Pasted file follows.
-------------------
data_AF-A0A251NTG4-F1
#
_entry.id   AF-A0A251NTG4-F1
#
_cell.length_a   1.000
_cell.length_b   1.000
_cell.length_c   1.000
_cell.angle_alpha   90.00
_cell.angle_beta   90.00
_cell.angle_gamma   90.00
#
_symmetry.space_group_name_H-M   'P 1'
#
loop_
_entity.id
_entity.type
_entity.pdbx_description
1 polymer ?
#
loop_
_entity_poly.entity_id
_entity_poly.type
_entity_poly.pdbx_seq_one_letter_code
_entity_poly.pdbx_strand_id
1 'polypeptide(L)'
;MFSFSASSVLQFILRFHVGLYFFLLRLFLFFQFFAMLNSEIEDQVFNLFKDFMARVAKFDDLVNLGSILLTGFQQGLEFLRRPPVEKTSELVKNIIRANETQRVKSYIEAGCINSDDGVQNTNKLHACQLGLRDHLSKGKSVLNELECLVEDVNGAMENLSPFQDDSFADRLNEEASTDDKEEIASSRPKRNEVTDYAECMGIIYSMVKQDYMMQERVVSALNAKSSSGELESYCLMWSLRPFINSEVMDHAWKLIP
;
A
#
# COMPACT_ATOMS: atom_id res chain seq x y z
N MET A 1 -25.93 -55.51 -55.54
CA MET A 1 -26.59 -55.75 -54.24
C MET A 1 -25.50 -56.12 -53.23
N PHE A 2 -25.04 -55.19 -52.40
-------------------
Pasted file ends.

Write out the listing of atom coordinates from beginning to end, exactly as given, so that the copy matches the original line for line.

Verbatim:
data_AF-A0A251NTG4-F1
#
_entry.id   AF-A0A251NTG4-F1
#
_cell.length_a   1.000
_cell.length_b   1.000
_cell.length_c   1.000
_cell.angle_alpha   90.00
_cell.angle_beta   90.00
_cell.angle_gamma   90.00
#
_symmetry.space_group_name_H-M   'P 1'
#
loop_
_entity.id
_entity.type
_entity.pdbx_description
1 polymer ?
#
loop_
_entity_poly.entity_id
_entity_poly.type
_entity_poly.pdbx_seq_one_letter_code
_entity_poly.pdbx_strand_id
1 'polypeptide(L)'
;MFSFSASSVLQFILRFHVGLYFFLLRLFLFFQFFAMLNSEIEDQVFNLFKDFMARVAKFDDLVNLGSILLTGFQQGLEFLRRPPVEKTSELVKNIIRANETQRVKSYIEAGCINSDDGVQNTNKLHACQLGLRDHLSKGKSVLNELECLVEDVNGAMENLSPFQDDSFADRLNEEASTDDKEEIASSRPKRNEVTDYAECMGIIYSMVKQDYMMQERVVSALNAKSSSGELESYCLMWSLRPFINSEVMDHAWKLIP
;
A
#
# COMPACT_ATOMS: atom_id res chain seq x y z
N MET A 1 -25.93 -55.51 -55.54
CA MET A 1 -26.59 -55.75 -54.24
C MET A 1 -25.50 -56.12 -53.23
N PHE A 2 -25.04 -55.19 -52.40